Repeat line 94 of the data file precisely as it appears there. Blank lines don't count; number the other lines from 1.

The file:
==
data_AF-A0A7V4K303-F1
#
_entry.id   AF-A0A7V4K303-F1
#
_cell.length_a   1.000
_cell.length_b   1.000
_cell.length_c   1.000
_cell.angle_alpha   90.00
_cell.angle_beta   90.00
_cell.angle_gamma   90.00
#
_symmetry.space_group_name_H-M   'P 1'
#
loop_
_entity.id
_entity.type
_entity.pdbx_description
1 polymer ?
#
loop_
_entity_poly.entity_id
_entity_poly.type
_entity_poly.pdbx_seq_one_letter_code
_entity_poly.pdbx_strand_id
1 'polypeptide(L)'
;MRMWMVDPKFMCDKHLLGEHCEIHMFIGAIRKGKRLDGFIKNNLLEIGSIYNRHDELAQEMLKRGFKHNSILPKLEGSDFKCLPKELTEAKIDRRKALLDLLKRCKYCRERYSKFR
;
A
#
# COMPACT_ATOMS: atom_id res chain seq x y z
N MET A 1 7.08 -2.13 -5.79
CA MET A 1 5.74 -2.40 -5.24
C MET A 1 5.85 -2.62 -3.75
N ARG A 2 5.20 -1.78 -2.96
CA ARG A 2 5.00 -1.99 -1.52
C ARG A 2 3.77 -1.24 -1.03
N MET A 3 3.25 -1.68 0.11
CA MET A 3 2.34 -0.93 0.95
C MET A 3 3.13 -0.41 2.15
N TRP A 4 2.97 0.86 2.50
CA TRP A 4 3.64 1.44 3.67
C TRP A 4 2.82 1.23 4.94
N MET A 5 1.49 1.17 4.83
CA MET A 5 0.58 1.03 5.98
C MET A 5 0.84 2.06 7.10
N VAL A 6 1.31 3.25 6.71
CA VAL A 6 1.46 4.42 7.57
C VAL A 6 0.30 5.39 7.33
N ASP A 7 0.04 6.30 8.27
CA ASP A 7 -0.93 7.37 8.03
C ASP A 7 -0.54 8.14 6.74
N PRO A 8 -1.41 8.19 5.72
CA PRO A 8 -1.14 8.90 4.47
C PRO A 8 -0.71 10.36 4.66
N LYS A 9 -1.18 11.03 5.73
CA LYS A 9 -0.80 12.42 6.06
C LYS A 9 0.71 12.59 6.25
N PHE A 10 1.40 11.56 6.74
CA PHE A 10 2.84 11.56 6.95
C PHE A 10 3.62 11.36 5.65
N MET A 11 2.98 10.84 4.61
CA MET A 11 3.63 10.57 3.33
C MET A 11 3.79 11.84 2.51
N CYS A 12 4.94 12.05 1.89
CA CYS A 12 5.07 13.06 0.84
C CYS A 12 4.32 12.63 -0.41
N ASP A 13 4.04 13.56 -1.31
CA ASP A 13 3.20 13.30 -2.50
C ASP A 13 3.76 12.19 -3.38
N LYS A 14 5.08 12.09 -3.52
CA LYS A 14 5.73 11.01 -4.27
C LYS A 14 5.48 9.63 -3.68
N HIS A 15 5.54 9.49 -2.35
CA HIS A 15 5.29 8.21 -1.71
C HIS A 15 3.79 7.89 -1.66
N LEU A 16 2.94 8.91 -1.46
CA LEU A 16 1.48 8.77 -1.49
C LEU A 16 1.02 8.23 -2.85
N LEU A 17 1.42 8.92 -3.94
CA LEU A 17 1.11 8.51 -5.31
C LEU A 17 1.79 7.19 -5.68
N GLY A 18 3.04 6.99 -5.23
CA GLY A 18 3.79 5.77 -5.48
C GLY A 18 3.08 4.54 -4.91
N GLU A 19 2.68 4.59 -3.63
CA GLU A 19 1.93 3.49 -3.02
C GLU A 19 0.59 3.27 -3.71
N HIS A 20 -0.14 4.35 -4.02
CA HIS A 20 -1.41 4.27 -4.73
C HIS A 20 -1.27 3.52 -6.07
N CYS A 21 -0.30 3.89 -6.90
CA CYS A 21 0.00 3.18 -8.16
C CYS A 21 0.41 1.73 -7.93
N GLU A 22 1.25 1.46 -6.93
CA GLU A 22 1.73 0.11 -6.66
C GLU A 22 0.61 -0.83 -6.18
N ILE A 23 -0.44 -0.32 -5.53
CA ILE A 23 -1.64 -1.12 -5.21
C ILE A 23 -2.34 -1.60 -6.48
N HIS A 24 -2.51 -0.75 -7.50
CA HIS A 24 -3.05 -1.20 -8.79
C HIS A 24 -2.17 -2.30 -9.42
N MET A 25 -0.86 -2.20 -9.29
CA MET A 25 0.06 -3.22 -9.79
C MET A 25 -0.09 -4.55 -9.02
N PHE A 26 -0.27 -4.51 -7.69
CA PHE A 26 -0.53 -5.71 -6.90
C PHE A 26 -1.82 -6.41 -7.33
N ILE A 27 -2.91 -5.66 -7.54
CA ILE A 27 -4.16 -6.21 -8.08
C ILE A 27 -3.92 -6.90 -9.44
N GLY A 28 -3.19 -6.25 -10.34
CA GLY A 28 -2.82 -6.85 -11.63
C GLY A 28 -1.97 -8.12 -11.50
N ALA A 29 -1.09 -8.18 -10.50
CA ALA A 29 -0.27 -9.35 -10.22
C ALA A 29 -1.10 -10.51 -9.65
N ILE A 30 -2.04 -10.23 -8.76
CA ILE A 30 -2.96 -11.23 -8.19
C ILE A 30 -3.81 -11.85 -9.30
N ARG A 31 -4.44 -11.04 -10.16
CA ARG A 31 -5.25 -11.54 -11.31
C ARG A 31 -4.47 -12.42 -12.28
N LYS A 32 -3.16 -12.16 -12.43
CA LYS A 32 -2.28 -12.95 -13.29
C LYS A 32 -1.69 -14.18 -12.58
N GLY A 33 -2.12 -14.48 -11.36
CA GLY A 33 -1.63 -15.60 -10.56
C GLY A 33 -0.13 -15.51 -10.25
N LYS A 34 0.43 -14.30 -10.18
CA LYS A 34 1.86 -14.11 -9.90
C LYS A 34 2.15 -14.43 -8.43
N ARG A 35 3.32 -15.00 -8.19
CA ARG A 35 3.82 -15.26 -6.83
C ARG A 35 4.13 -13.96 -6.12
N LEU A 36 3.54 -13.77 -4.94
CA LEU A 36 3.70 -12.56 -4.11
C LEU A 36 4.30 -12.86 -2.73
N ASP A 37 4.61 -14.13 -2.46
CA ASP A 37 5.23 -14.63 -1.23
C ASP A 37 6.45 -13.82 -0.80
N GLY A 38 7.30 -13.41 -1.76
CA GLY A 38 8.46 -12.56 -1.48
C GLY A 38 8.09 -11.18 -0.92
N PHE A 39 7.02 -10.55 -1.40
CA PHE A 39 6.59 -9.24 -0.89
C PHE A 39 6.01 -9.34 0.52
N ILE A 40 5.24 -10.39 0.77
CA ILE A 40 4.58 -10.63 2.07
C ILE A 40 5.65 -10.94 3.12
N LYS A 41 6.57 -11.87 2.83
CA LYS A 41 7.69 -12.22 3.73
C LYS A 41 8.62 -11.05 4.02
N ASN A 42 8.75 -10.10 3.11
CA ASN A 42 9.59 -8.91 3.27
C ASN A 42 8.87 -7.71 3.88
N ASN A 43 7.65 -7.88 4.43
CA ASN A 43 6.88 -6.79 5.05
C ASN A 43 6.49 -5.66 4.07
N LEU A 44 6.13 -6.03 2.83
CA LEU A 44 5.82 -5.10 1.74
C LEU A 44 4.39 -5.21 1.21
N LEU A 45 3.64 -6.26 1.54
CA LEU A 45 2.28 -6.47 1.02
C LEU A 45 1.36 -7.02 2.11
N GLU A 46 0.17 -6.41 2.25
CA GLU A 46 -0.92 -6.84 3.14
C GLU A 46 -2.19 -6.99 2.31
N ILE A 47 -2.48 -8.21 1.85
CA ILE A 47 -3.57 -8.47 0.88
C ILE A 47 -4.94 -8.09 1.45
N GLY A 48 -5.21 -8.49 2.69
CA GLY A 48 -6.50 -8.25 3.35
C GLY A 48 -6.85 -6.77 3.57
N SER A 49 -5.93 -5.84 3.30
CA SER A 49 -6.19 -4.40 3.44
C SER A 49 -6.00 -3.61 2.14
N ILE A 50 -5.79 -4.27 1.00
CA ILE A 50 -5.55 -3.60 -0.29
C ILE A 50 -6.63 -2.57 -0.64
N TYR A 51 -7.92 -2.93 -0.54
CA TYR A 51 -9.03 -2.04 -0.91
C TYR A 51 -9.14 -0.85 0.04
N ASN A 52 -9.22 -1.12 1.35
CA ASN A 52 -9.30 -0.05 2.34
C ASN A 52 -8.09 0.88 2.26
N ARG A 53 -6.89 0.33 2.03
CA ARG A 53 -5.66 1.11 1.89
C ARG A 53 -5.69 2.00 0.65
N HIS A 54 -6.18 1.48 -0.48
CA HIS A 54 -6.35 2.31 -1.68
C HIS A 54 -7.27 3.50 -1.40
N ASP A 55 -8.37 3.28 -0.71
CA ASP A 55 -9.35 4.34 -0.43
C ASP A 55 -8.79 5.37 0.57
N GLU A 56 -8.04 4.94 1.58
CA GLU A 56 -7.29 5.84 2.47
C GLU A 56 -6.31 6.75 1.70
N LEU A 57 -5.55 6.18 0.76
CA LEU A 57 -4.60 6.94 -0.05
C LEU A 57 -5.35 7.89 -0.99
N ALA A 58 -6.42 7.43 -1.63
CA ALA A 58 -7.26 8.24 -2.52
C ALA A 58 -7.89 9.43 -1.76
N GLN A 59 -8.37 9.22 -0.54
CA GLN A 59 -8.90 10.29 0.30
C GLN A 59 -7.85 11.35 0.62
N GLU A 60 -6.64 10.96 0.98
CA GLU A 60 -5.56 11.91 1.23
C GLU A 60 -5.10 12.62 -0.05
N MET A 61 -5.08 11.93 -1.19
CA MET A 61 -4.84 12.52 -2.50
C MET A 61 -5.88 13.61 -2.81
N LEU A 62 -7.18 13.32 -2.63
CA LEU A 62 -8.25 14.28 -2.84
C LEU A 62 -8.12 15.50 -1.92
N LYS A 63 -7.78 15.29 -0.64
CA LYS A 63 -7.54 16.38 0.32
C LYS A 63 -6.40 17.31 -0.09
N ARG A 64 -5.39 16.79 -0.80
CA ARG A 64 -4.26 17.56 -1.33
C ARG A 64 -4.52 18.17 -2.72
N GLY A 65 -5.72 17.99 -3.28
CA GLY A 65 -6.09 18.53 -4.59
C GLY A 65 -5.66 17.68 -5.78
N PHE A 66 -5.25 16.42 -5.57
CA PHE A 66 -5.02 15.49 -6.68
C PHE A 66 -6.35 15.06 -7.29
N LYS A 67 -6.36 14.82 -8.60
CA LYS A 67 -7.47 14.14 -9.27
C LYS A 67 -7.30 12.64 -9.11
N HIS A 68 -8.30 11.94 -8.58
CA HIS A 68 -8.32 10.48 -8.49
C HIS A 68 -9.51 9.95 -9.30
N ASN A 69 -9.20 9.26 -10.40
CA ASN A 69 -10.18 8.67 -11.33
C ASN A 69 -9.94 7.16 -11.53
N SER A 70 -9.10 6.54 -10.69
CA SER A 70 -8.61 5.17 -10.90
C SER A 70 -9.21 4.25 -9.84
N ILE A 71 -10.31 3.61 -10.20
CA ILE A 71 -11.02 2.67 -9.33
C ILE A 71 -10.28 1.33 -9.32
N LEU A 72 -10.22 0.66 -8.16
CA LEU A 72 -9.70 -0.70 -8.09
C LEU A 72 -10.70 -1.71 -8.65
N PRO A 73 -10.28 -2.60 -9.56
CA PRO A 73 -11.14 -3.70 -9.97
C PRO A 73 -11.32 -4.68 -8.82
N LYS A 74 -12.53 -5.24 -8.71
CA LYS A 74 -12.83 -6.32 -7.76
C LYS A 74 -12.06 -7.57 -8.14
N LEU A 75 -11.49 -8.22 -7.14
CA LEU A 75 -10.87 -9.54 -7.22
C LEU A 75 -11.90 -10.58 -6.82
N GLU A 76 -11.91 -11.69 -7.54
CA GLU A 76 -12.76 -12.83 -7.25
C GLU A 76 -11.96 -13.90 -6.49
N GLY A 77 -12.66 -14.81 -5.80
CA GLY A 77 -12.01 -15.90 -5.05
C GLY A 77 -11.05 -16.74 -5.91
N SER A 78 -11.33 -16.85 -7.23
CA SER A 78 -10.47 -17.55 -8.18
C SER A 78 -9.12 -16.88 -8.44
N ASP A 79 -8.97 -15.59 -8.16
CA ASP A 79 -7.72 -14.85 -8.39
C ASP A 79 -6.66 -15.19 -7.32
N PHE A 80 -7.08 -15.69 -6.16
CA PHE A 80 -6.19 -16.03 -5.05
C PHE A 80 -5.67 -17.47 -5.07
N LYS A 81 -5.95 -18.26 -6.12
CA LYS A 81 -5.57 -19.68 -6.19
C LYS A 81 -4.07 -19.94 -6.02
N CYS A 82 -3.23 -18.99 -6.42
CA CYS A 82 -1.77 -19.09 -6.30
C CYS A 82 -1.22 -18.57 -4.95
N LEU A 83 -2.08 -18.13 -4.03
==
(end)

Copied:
N GLU A 22 1.25 1.46 -6.93